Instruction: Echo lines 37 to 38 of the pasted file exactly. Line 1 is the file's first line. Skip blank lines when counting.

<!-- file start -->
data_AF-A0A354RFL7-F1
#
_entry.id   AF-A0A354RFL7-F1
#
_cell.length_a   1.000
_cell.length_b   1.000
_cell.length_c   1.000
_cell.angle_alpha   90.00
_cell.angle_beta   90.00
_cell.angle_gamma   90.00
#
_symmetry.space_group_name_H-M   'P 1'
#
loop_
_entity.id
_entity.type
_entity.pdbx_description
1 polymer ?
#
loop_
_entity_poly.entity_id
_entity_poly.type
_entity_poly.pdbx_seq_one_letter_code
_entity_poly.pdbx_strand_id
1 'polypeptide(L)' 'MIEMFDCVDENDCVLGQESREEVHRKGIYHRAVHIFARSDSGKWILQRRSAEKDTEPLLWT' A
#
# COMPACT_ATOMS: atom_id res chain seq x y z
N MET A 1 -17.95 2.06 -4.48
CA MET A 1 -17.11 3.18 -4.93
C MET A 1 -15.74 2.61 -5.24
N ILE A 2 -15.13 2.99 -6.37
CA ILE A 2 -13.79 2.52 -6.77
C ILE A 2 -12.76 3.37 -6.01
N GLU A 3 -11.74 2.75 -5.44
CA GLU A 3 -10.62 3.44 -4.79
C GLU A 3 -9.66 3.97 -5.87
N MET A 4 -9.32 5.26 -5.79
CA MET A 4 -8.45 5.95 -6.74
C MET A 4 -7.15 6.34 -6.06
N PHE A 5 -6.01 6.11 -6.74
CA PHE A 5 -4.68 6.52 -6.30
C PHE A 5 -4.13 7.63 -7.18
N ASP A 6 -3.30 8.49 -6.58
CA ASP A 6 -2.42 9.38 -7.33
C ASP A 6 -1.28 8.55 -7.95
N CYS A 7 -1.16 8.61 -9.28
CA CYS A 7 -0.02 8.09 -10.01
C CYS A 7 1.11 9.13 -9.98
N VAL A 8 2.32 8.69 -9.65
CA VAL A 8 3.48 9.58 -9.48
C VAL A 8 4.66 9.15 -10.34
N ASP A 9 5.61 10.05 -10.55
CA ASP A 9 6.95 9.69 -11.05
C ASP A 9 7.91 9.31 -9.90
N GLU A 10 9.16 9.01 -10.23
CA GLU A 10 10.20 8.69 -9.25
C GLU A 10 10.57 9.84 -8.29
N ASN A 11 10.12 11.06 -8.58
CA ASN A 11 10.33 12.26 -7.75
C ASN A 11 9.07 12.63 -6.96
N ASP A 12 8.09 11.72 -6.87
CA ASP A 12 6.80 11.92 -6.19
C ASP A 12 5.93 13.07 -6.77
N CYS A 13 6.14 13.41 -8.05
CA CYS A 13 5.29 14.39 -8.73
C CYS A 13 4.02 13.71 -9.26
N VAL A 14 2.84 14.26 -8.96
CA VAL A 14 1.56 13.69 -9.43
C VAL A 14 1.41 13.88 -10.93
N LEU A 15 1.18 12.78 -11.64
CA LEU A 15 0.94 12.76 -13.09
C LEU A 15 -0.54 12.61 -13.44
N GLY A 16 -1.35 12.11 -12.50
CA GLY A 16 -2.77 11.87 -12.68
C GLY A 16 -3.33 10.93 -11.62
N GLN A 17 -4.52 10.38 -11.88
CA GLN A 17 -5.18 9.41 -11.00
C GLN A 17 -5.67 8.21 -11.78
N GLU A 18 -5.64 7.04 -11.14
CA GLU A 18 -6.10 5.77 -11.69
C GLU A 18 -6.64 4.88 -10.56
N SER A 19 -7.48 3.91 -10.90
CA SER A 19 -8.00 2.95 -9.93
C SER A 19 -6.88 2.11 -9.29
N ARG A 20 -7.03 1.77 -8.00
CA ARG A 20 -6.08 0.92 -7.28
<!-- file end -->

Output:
N MET A 4 -9.32 5.26 -5.79
CA MET A 4 -8.45 5.95 -6.74